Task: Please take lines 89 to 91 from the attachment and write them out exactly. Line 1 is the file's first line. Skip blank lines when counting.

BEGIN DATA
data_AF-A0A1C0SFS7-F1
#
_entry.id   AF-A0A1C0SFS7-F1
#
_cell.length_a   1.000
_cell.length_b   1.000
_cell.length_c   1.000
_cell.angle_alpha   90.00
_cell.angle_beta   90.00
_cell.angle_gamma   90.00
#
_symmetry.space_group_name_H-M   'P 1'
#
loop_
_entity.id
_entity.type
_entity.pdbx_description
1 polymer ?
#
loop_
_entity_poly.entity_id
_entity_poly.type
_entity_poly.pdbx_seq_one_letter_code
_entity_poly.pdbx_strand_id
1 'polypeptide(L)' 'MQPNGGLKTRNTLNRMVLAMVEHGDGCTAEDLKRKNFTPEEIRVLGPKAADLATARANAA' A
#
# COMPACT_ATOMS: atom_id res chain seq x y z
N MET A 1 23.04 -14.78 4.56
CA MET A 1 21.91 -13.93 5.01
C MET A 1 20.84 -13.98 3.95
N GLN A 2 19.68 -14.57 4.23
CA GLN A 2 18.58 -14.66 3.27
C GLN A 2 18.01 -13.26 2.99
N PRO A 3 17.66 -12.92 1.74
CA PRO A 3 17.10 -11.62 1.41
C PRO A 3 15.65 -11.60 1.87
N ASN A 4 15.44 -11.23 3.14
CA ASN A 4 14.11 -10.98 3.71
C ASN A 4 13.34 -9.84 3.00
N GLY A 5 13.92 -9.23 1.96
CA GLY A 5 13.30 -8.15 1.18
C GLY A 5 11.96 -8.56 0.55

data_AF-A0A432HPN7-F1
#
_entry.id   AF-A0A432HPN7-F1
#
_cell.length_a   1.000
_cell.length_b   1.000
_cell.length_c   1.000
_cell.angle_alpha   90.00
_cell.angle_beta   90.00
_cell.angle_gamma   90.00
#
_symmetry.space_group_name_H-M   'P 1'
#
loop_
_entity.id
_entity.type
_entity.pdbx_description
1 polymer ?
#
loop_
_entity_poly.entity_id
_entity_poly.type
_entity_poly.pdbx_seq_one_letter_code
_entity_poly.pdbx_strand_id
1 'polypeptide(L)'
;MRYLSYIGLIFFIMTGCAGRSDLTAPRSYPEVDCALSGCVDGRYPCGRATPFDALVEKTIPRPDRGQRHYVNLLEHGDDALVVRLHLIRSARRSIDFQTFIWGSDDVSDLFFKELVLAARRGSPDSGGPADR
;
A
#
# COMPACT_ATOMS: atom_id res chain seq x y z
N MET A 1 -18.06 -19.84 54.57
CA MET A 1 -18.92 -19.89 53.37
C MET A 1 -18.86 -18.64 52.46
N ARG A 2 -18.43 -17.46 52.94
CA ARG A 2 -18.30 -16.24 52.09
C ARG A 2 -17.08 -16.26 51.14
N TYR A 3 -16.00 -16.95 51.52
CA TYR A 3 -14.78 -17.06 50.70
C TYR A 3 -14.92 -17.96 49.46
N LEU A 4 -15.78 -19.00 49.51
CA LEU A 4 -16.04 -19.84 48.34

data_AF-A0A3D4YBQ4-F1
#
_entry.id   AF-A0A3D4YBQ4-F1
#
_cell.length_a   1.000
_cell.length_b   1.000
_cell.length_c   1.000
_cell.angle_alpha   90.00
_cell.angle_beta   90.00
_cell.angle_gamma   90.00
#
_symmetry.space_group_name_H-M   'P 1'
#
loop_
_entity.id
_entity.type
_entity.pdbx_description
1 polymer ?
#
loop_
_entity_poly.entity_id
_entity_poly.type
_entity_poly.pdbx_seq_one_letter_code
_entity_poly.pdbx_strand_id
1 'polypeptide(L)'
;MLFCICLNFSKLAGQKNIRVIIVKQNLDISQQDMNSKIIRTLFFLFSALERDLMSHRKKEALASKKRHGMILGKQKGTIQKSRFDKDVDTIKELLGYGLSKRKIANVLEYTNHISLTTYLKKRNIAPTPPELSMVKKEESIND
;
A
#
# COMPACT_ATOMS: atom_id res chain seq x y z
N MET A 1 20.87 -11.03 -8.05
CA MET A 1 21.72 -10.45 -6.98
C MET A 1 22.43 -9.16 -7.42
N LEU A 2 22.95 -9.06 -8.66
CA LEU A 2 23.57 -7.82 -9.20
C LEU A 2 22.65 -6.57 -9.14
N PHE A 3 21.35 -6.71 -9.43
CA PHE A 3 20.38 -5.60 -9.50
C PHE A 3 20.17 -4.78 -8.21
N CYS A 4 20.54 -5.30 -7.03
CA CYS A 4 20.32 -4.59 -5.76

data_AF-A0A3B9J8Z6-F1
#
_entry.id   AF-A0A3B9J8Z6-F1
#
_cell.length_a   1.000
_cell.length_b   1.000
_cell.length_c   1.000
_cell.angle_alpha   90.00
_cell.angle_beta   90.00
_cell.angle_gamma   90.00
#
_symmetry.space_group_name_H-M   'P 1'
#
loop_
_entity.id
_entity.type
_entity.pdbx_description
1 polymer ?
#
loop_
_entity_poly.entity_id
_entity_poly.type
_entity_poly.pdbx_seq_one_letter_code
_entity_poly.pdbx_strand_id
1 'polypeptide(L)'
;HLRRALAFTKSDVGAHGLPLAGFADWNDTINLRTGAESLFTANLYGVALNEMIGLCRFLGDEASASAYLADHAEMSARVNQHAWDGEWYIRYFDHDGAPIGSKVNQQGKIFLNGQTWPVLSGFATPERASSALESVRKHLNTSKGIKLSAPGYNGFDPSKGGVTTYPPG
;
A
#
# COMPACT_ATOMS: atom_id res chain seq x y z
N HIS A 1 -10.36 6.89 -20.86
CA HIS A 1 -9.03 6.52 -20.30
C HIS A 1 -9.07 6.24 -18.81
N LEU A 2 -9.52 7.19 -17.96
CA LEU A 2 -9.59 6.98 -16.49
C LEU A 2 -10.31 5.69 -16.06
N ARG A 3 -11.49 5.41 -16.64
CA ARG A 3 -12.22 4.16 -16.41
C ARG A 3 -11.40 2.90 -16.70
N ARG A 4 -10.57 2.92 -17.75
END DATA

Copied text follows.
_cell.length_b   1.000
_cell.length_c   1.000
_cell.angle_alpha   90.00